Book Review: Log

Log edited by Cynthia Davidson
Anyone Corporation, 2003
Paperback, 152 pages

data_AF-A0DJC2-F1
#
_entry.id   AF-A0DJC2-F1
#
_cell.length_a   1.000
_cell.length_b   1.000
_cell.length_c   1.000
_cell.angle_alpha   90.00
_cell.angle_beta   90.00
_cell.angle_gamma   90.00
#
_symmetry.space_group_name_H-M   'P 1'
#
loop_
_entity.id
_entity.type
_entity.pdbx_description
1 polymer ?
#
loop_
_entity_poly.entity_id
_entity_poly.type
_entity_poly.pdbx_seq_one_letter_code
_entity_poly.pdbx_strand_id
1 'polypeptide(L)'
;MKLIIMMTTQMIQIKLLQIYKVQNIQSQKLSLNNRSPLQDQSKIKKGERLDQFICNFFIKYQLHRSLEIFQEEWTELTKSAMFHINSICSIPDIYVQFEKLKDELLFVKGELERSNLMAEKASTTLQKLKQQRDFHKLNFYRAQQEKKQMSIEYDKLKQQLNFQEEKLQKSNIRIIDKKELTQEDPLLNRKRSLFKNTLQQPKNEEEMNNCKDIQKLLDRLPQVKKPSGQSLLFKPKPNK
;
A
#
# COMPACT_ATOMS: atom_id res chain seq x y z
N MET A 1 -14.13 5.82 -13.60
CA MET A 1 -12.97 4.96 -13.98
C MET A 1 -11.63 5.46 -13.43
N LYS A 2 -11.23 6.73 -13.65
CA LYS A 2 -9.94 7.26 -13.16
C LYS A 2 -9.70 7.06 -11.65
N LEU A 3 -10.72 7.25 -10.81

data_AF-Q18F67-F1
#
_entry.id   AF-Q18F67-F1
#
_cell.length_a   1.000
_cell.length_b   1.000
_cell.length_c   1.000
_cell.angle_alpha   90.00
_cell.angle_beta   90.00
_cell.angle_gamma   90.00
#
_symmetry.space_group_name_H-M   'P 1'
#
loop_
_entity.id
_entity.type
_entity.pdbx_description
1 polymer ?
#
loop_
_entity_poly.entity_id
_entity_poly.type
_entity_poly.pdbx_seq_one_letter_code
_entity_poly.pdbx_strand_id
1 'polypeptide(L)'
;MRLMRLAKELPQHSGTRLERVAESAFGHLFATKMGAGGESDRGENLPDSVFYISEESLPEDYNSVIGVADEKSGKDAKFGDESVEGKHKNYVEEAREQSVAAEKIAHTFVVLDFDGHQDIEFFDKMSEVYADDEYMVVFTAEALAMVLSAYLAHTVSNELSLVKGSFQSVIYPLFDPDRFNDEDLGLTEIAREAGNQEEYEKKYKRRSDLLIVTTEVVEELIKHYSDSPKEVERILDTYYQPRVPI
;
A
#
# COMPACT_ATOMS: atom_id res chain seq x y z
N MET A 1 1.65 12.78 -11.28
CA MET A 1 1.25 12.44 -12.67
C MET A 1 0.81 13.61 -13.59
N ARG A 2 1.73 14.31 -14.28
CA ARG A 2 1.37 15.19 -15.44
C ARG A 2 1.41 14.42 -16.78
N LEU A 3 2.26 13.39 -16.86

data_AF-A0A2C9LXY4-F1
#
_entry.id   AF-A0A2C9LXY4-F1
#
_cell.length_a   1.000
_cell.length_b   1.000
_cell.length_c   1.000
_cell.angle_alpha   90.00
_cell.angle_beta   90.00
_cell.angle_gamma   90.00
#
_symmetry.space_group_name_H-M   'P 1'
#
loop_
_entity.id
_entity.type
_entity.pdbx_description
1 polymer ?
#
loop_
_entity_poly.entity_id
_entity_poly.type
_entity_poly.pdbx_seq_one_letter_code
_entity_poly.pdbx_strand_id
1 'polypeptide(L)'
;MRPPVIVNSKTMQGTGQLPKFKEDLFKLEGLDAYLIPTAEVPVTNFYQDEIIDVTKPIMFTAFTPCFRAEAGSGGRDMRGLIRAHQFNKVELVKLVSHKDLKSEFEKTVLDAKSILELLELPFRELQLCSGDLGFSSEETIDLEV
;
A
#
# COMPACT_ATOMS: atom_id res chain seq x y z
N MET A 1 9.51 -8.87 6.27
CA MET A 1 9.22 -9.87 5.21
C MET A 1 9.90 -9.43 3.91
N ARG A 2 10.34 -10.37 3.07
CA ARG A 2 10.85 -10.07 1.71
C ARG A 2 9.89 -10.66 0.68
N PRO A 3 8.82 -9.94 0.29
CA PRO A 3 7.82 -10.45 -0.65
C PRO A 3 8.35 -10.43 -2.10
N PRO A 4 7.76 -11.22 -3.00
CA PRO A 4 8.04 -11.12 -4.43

In Davidson's introduction to the latest publication venture by Anycorp (publisher of 27 Any journals and sponsor of ten conferences over ten years), she explains the reason behind its existence: "what is needed is a distance from the immediacy of the image that has taken place of critical time." While she refers to the predominance of images and lack of discussion regarding the designs for the WTC site, it might as well be a general statement about architecture and culture today. Log is an attempt to create a critical context for writing about architecture in the present and maybe defining architecture's future. These simple, yet lofty, goals are found in essays that range from direct responses to the 9/11 attacks (Paul Virilio's "An Architect's Crime") to the humorous (Mark Rakatansky's "The Bitterness and Sweetness of Architecture", which analogizes the current state of architecture with hot fudge sundaes). Highlights include Julie Rose's account of SARS in Hong Kong and Mark Taylor's history of religion, "How the World Became a Real Fake."